Nvidia is “not limiting the performance of GPUs already sold” to nerf mining

GeForce is meant for gamers, and Nvidia wants to keep it that way

Asus's TUF Nvidia RTX 3060 graphics card against a yellow and stone grey background, showing its namesake by breaking the ground

March 1, 2021 Nvidia clarified that the RTX 3060 is the only graphics card to have its hash rate nerfed to dissuade cryptocurrency miners.

GPU stock could struggle until 2022, but that hasn’t stopped Nvidia from pulling in record numbers in its final quarter of the year. During a recent earnings call (via Seeking Alpha), the company revealed it has made over $5 billion in Q4, which is a 61% increase over last year’s $3.11 billion – half of which is attributed to its gaming division, and between $100 million and $300 million came from cryptocurrency miners.

Nvidia’s made no secret that “GeForce is made for gaming,” recently nerfing the RTX 3060 to perform worse when Ethereum cryptocurrency mining software is detected by reducing the hash rate by half. The purpose of this is to shift miners onto its optimised CMP (Cryptocurrency Mining Processor) range in the near future, potentially alleviating the demand put on ordinary graphics cards and replenishing stock – even if it does currently only affect the one type of cryptocurrency.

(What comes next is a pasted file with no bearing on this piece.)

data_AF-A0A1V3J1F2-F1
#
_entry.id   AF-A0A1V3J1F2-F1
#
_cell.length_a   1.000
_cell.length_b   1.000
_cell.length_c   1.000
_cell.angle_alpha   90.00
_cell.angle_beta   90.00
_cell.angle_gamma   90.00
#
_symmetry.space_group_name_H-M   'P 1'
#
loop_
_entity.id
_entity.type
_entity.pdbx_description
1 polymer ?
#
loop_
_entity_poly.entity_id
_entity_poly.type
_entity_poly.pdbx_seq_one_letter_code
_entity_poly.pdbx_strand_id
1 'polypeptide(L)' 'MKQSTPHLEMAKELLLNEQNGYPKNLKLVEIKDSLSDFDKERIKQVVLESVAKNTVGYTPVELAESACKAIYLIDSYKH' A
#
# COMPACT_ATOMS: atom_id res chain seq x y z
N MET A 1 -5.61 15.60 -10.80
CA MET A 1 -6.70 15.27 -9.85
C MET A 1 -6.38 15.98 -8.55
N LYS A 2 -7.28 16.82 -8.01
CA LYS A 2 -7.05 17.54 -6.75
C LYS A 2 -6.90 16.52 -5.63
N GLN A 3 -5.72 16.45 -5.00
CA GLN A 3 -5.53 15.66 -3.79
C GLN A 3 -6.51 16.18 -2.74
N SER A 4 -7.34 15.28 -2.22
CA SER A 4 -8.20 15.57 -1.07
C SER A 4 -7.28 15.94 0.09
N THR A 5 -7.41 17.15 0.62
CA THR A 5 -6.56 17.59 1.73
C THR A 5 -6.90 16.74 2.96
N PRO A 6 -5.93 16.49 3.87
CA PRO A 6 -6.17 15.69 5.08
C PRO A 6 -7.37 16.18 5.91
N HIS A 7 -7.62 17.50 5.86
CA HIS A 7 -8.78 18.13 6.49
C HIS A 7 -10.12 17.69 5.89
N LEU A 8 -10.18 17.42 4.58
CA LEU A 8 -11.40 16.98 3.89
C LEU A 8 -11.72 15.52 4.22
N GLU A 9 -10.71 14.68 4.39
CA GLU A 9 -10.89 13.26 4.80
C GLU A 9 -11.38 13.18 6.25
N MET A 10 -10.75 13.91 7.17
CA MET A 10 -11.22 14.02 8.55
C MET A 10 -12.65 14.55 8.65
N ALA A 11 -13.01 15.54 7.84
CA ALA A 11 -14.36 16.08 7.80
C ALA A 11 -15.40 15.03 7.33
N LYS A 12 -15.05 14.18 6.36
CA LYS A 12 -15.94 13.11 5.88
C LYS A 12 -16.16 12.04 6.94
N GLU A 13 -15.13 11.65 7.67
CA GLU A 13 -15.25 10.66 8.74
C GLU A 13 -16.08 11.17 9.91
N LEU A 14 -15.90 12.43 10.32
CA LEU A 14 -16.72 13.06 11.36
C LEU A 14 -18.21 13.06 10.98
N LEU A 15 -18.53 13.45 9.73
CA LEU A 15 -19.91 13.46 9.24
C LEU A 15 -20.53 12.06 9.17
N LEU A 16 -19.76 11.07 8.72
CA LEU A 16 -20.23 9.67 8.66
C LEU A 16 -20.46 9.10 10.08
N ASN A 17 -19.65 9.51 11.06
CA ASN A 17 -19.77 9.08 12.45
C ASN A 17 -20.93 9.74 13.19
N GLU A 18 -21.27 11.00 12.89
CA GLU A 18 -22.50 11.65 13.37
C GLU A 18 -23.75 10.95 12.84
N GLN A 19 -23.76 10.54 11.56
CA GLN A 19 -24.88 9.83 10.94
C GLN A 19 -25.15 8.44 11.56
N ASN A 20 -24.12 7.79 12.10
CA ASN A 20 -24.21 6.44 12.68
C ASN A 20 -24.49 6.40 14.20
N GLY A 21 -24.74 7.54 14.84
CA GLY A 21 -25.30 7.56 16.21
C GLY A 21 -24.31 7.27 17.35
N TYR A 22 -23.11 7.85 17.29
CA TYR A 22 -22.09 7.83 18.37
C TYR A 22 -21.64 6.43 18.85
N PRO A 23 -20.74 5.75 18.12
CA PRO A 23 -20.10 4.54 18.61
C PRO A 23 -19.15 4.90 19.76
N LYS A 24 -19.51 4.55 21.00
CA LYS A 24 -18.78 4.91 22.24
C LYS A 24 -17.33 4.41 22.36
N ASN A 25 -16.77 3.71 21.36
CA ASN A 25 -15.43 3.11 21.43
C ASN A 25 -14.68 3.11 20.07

By saying that this effort to maximise the supply of GeForce GPUs begins by “starting with the 3060″ (emphasis ours), CFO Collete Kress hints that these kinds of restrictions could eventually be applied to other graphics cards in Nvidia’s RTX 30 series.

Since these limitations are applied through driver updates, it’s not clear how well they’ll work with the best graphics card that’s already on the market, given that owners could potentially just revert to an older driver. For now, though, Nvidia told us it’s “not limiting the performance of GPUs already sold” and it’s only “focused on limiting the hash rate of the RTX 3060” for the time being.

Nvidia CEO Jensen Huang expects mining cards to become at least a “small part” of the business moving forward, but we’ve reached out to see what plans there are for existing and upcoming GeForce GPUs.